When you wear headphones for listening to music you hear the music inside your head. Even when you hold the two speakers at the same distance from your ears the music is still heard inside your head. If you hold one speaker further or lower from your head though, it seems the music is still playing inside your head (except when one instrument is heard only on one speaker of the headphones; then that particular sound is heard outside your head, at the place where the speaker is where that particular sound comes from), but in a different part of it, i.e. not in the center. So when are sounds heard inside your head and others outside (for example a knock on the door) yourself (your head)?

It's nice playing with this! Take two loudspeakers (with equal volume), and move them around your head. The sound will travel around, in mysterious ways, in your head, dependent on how you move the speakers. It leaves your head when both spekers are on one side of your head. Try it!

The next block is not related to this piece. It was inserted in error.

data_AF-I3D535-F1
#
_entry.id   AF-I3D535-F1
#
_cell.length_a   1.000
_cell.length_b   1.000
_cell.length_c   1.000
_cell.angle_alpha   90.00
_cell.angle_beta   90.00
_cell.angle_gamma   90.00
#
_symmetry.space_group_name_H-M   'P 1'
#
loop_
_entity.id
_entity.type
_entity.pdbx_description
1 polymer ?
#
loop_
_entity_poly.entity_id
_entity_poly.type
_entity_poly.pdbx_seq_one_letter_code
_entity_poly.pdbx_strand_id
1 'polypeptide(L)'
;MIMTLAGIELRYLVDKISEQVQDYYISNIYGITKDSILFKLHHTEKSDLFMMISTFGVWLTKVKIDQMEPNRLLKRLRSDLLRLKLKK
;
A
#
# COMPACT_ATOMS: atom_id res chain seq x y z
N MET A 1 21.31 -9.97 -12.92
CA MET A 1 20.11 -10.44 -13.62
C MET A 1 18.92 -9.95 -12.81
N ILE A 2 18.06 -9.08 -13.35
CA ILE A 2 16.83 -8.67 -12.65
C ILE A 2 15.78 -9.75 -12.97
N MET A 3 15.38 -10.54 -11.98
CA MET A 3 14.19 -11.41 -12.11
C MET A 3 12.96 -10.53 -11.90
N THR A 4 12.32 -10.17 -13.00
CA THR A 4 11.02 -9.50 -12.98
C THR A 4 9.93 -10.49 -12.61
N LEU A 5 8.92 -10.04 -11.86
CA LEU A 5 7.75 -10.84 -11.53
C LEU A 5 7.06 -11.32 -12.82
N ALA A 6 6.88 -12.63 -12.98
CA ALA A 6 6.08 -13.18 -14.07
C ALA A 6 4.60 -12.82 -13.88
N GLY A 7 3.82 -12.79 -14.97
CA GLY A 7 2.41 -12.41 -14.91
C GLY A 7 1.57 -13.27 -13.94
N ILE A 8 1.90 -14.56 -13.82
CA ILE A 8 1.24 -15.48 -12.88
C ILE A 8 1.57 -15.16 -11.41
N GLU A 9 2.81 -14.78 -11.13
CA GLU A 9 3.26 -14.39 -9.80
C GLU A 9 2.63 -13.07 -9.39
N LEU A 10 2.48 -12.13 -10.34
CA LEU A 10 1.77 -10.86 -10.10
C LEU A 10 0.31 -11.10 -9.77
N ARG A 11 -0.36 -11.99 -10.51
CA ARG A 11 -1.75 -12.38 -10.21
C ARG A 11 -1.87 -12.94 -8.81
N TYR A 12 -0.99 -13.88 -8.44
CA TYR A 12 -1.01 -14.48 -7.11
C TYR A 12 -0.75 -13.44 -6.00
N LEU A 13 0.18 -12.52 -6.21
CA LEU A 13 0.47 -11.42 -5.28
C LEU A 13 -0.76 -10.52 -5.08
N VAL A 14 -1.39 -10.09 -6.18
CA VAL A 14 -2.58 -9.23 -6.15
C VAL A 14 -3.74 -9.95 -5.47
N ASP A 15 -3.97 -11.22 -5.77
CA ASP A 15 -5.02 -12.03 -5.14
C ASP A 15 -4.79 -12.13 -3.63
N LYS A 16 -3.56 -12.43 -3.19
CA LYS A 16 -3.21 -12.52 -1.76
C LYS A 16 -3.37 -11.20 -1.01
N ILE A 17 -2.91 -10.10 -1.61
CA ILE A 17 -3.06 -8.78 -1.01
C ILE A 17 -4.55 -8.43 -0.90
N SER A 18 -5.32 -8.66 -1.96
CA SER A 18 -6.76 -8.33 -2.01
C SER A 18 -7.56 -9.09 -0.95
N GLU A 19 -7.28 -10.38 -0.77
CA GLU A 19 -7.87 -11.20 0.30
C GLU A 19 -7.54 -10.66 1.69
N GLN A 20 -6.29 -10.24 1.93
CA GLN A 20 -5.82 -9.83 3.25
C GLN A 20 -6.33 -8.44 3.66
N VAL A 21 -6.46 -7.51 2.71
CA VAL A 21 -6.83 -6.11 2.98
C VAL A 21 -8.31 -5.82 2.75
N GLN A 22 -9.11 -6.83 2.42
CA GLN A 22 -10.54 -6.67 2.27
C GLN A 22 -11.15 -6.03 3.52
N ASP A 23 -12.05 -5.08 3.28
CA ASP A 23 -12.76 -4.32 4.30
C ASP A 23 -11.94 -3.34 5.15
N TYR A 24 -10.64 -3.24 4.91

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    $\begingroup$ While lacking the proper scientific terminology, this question clearly describes issues associated with the externalization of sound images. $\endgroup$ – StrongBad May 22 '17 at 19:35
  • $\begingroup$ @StrongBad Thank you for pointing that out. I have retracted my close vote :) $\endgroup$ – Robin Kramer May 23 '17 at 6:47

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